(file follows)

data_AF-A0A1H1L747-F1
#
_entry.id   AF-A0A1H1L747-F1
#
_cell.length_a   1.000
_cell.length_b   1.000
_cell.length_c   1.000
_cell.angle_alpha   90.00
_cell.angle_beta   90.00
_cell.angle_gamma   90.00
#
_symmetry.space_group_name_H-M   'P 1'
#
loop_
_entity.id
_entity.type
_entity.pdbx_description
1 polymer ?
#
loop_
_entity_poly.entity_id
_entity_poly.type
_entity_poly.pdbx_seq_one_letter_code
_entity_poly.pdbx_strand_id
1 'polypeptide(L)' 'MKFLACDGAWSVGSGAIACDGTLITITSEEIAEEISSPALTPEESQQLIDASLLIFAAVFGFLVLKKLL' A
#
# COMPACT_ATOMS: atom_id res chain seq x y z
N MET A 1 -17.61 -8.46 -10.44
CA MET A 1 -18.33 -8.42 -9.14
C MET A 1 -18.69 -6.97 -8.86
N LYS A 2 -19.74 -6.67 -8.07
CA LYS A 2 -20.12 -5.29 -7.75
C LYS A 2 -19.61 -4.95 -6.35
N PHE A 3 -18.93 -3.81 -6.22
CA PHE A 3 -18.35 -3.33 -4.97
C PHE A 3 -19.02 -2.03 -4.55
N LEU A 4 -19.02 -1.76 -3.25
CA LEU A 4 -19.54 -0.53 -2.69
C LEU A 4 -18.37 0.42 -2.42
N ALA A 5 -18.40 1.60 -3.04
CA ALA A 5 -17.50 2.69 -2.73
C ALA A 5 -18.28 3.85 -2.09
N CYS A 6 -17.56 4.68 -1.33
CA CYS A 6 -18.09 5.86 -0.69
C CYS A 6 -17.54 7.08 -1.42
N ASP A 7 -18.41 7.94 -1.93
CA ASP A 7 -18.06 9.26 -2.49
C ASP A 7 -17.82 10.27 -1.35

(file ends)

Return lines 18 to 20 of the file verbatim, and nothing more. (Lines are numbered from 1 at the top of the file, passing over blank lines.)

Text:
1 polymer ?
#
loop_